added discussion on the necessity of quantum effects for Anderson localisation in the last paragraph of p. 3, ending on the top of p .4. In this discussion, added the references [3338]
 added a sentence in the second paragraph on p. 4: ``As we will discuss in more detail in section 2.2, ...''
 added comment on the noncompatibility of the classical equivalence of gravity in the second and first order formulation and the averaging procedure at the end of the paragraph below eq. (20) (p. 7)
 clarified why we expand the exact metric components in \epsilon and \bar\epsilon in the paragraph below eq. (21) (p. 7)
 added a sentence below eq. (24) ``This will be indicated ...''
 added a sentence in the paragraph below eq. (29) ``Since before averaging, the solutions for the charges ...''
 added the references 2004.06543, 2110.11978 and commented on their results on p. 3 in the first paragraph (references [18,19]). Also, added a brief discussion on the relation between their and our approach on p. 9 in the second to last paragraph before section 3
 added a halfsentence below eq. (40) ``..., resulting from the disorder averaging''
 removed the light blue line in figure 1
 enlarged the discussion regarding the commutation of our resummation and the averaging in the paragraph after the list on p. 12
 refined the discussion how to fix the resummation parameters in the paragraph between eqs. (52) and (53) on p. 14
 added an alternative derivation of the resummed metric using the Einstein equations at the bottom of p. 14 and the top of p. 15, in the paragraph containing the new eqs. (57)(60)
 added a sentence in the second paragraph on p. 16 ``The marginally relevant nature of our disorder ...''
 added a sentence in the third paragraph on p. 16 ``Again, this is due to the marginally ...''
 added exact results for the metric components, before expanding in \epsilon and \bar\epsilon, in Appendix A (eqs. (66a)(66f))
 added average of the fourthorder expansion of the metric components and the resulting curvature and boundary EM tensor in the new Appendix C
 added numerical evaluation (i.e., without expanding in \epsilon and \bar\epsilon) of the Ricci scalar curvature in the new Appendix D
Current status:
Reports on this Submission
Report #2 by Anonymous (Referee 4) on 20221129 (Invited Report)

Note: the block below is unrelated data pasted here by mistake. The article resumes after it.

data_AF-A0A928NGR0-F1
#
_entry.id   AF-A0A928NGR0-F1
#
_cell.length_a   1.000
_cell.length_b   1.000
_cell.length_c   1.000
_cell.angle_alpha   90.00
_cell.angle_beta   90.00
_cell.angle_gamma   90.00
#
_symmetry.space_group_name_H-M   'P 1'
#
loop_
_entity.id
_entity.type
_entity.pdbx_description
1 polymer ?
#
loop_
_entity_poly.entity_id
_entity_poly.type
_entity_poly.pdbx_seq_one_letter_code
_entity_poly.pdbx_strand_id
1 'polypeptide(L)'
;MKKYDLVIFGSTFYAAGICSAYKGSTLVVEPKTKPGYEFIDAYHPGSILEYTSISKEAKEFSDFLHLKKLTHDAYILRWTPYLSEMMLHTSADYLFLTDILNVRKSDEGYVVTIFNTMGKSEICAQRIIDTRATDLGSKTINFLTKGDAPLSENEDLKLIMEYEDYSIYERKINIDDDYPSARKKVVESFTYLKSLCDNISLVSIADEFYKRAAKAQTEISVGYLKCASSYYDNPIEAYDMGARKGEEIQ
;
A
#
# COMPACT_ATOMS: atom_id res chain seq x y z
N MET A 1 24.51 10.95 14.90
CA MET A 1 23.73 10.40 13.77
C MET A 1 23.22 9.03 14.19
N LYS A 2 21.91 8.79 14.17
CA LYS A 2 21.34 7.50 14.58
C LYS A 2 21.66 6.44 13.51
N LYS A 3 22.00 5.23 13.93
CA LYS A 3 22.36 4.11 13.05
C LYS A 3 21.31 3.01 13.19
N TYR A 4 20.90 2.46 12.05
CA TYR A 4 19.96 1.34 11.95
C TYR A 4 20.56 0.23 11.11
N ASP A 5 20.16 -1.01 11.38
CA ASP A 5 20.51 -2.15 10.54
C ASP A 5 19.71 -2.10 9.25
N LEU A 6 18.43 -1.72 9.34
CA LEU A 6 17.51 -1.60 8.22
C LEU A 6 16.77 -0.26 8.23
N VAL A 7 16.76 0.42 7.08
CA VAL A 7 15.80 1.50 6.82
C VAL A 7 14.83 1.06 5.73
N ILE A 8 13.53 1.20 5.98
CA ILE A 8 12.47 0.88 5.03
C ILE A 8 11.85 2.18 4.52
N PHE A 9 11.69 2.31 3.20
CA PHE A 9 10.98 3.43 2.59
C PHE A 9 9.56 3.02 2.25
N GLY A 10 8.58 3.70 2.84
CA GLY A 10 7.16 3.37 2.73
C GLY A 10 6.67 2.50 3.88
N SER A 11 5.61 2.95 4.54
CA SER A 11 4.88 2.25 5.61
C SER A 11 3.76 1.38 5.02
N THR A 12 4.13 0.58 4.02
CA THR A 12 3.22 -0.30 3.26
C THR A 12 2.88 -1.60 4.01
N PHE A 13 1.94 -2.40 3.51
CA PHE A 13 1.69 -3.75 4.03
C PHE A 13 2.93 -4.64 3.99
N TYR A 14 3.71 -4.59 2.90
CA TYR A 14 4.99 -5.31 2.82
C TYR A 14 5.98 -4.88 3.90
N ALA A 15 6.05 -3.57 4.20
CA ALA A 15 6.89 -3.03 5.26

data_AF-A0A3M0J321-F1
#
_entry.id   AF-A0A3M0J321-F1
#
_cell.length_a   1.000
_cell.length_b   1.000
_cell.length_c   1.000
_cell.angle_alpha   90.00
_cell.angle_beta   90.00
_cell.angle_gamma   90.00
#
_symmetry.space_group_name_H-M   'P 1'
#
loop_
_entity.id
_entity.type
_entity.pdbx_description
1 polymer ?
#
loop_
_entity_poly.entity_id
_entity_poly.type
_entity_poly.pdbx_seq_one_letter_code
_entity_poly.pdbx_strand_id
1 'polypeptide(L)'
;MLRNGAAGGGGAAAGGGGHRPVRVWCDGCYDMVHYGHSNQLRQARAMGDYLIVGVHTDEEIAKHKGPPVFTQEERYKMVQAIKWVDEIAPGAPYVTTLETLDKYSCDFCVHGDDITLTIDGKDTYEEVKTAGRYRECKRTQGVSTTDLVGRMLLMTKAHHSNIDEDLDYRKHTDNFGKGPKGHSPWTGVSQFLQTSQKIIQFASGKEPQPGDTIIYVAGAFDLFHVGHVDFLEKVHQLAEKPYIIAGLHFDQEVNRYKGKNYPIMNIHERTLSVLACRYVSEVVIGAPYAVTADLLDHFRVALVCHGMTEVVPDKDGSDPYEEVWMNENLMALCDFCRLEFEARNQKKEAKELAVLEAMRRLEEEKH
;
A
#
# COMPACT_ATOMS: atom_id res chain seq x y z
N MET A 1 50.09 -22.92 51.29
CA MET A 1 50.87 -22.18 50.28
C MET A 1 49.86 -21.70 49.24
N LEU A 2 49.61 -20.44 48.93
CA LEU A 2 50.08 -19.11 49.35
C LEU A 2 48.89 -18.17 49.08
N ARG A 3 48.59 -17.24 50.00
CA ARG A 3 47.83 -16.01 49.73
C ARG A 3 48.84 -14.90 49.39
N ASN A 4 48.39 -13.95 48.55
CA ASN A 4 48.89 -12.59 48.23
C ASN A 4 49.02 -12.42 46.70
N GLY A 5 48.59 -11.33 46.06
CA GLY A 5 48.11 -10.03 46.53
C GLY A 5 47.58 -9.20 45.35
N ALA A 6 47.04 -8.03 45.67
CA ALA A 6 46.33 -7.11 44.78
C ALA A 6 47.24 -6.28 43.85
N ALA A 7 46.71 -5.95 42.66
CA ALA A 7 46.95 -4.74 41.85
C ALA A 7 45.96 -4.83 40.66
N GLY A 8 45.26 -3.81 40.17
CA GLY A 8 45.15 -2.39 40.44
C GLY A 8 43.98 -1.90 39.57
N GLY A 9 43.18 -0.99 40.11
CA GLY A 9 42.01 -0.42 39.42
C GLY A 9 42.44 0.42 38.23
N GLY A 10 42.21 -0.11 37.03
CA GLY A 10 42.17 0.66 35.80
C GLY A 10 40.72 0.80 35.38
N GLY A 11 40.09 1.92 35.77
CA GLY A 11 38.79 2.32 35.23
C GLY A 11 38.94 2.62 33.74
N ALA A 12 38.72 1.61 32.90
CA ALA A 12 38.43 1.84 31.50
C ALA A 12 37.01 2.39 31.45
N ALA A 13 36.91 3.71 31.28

Cite as: Anonymous, Report on arXiv:2204.00596v4, delivered 20221129, doi: 10.21468/SciPost.Report.6226
Report
I have to start by appologising for the delayed report. Next, let me hank the authors for the effort put in addressing my comments.
Since my main concern regarding this work was that of the relation between the 'resummed' solution and the disordered chemical potential, I shall ask directly about this point.
1)It is very nice that the authors have been able to numerically compute the disordered metric nonperturbatively. I have only one question about this computation. It seems very surprising that they cannot compute the Ricci for metrics resulting from averaging over more than 15 modes. Do I understand correctly that the result of averaging over realisations is a metric that depends on both phi and z? Then the Ricci tensor of this metric is computed numerically, correct? Why is the numerical computation of Ricci more difficult when the metric results from averaging over say 100 realisations than when it results from averaging over 15 realisations?
I am sure I am missing something cause I would expect any numerical package to be able to easily compute Ricci for a given metric (defined in terms of numerical functions as opposed to analytical expressions).
2) As the authors say, the numerical analysis seems to be telling us that the divergence found towards the IR in the perturbative approach is truly there for the all order analysis. This invites the obvious question about the physical relationship between the regular 'resummed' geometry and the physical problem of the geometry induced by the disordered chemical potentials. One would expect that, as it happened in e.g. ref [14], the resummed perturbative geometry agrees with the numerical solution for small enough value of the disorder strength. And if I am not wrong this is not happening here since while the numerical solution is singular in the IR, the 'resummed' one is not.
2.1) Related to this point I find it interesting that the authors are able to arrive to the 'resummed' metric from solving the vacuum Einstein equations. I would like to ask if it is obvious that it is the vacuum equations the ones that matter for this case (in view of the results for the dual energy momentum tensor could one expect the solution to result from a gravity plus matter setup?).
3.1) A less pressing matter I mentioned in my initial report (3.1) was the question about the energy momentum tensor averaged over realizations. If I understood correctly the tensor for each realization is healthy and satisfies QNEC, so I was wondering in that question how the tensor looked like if one averages over realizations (i.e. compute $T_{\mu\nu}$ for each realization and then average), and how it compared to the tensor resulting from the averaged metric.
In summary, I think the apparent disagreement between the numerical all orders result (singular geometry) and the 'resummed' regular metric needs to be clarified further. Is there an obvious reason why the numerical procedure should not result in the regular resummed geometry for small enough disorder strength? (I apologise if I have missed an obvious reason why the resummed perturbative solution and the numerical one should not agree at all).
Report
The Authors have seriously considered all the comments in my previous report. I am satisfied with their reply and with the effort put in the revision. I am therefore happy to recommend the publication of the manuscript in its actual form.